Director Hui told the committee that Governor Mike Parson had made it clear that he would like the department to request overpayment recovery. Several lawmakers said they heard from voters being asked to repay thousands of dollars in state or federal relief, sometimes months after receiving it. A voter was asked to repay approximately $ 23,000.

One of the committee members said it was wrong for the state to ask people who are already struggling financially due to COVID-19 to repay thousands of dollars.

He said, “Do I have to remind you of our median income in this state? Most of the people in my district make $ 26,000 a year and you’re asking for a $ 11,000 repayment? We’re talking about keeping Missouri’s economy going. We speak of justice and conscience. [It’s] Taxpayers’ money, these people’s money, and frankly we are in a crisis. You have to keep it. Since that money has already been spent on mortgages, it is already being spent on food on the table, and frankly we have a responsibility here for the common good. “

Federal guidelines have given states the ability not to require repayment of federal government assistance, which makes up most of the $ 150 million the department overpaid. The labor director said Missouri is choosing to repay federal aid. Members of the committee told the director that the state shouldn’t spend its resources pulling money out of Missouri’s economy just to send it back to the federal government.

The committee also heard from a union made up of 500 school bus drivers and monitors. The union representative said many of them earn salaries that would bring them close to the poverty line, but around 400 have been asked to repay thousands of dollars.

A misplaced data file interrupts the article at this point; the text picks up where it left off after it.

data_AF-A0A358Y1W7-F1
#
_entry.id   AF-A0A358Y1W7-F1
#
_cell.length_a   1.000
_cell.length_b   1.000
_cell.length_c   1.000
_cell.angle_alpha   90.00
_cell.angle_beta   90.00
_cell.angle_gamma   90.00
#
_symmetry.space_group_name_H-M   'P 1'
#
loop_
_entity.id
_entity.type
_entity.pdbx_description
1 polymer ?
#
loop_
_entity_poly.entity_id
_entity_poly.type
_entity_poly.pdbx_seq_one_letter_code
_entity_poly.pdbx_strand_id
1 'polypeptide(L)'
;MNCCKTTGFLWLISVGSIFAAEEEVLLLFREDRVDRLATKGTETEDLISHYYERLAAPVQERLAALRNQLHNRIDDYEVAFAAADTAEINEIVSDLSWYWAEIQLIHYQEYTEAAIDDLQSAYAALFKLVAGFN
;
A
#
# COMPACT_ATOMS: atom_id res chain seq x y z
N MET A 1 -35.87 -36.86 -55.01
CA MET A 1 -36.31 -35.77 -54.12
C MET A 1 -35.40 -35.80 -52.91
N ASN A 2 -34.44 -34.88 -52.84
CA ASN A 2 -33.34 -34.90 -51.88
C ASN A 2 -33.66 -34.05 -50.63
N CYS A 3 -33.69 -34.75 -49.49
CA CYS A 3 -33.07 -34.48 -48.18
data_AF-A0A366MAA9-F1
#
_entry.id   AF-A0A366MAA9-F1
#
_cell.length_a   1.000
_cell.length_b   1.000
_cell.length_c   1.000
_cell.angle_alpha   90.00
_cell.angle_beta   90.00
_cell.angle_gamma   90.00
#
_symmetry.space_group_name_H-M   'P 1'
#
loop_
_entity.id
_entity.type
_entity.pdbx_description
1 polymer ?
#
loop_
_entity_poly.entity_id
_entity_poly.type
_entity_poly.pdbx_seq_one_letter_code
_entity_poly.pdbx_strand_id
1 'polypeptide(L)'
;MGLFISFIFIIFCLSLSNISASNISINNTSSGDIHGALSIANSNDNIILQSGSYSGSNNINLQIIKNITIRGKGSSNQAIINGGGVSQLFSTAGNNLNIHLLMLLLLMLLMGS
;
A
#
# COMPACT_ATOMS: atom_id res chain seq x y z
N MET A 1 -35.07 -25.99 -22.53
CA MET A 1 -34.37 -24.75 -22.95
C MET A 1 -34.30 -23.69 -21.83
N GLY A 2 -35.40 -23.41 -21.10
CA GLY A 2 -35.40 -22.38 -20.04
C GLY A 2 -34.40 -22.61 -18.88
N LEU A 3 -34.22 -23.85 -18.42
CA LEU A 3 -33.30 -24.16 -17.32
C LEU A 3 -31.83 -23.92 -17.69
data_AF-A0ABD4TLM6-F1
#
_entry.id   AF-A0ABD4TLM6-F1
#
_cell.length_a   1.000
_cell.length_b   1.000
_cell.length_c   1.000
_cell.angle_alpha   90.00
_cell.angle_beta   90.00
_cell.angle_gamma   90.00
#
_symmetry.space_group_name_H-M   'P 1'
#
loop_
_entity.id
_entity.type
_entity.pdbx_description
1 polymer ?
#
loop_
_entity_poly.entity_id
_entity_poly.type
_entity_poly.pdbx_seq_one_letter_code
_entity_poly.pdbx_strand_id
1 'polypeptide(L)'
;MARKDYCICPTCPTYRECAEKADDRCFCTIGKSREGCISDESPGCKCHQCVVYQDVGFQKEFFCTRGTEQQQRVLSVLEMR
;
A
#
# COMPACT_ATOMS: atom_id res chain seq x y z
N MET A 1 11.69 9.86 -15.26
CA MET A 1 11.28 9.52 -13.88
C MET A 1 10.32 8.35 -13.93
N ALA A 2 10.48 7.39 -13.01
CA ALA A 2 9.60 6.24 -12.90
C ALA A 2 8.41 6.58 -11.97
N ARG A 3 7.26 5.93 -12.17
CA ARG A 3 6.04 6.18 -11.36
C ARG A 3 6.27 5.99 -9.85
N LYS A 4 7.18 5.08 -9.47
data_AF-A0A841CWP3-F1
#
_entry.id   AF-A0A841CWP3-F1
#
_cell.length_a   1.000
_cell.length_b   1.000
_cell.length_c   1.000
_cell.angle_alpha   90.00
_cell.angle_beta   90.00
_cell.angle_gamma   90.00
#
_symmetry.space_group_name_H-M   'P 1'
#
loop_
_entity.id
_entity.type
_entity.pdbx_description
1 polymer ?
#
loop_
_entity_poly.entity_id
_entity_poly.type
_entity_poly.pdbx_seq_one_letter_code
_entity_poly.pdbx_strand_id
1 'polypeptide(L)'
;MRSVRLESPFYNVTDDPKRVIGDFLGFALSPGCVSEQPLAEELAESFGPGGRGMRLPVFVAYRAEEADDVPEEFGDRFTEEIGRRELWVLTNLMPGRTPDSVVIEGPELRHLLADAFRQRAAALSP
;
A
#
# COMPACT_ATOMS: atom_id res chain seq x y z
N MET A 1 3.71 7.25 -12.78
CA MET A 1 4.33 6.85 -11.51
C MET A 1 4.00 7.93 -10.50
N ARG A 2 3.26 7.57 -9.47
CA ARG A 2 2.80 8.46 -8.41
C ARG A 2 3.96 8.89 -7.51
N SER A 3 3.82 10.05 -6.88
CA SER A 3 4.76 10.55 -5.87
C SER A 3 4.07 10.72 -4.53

“Now do we want to take back $ 9,000, $ 10,000? Where will you get it? These are hardworking individuals who haven’t done anything wrong or fraudulent. They just did exactly what the Missouri Department of Labor asked them to do, ”he said.

Committee members said the repayment situation added to the already increased stress for the struggling Missourians. You want Missourians to know that lawmakers are vigilant and looking for a solution. Several members have already passed laws to address unemployment overpayments.

New Missouri Child Support Office

As the House worked heavily on a non-partisan basis to support families who nurture and adopt young people in need, the governor’s office announced a new office that will offer a comprehensive approach to early childhood care and education. The new Childhood Office represents the consolidation of several early childhood programs within the state government. The new office is located in the Department of Elementary and Secondary Education and includes all government programs related to childcare, home visits, early learning and early intervention.

The governor’s office said the consolidation will streamline early childhood work across the state government and ensure that all children and families in Missouri have access to more consistent, higher quality programs and services. Governor Parson said, “Missouri families deserve the best early childhood system our state can offer. This is also a critical area of ​​human resource development for our state. We need to make tomorrow’s workforce start on the right foot, and that means better support for children in Missouri and their families. “The Childhood Office will have around 145 employees across the state. As a result of this consolidation, no government employee positions will be eliminated. The current funding for the participating programs as well as for private childcare providers and public schools remains unchanged. The Office of Childhood has an estimated budget for fiscal year 2022 of approximately $ 660 million.

Thank you for reading this week’s Capitol Report!

Please contact me at 201 West Capitol Avenue, Room 302-B Jefferson City, MO 65101-6806

Comments are closed.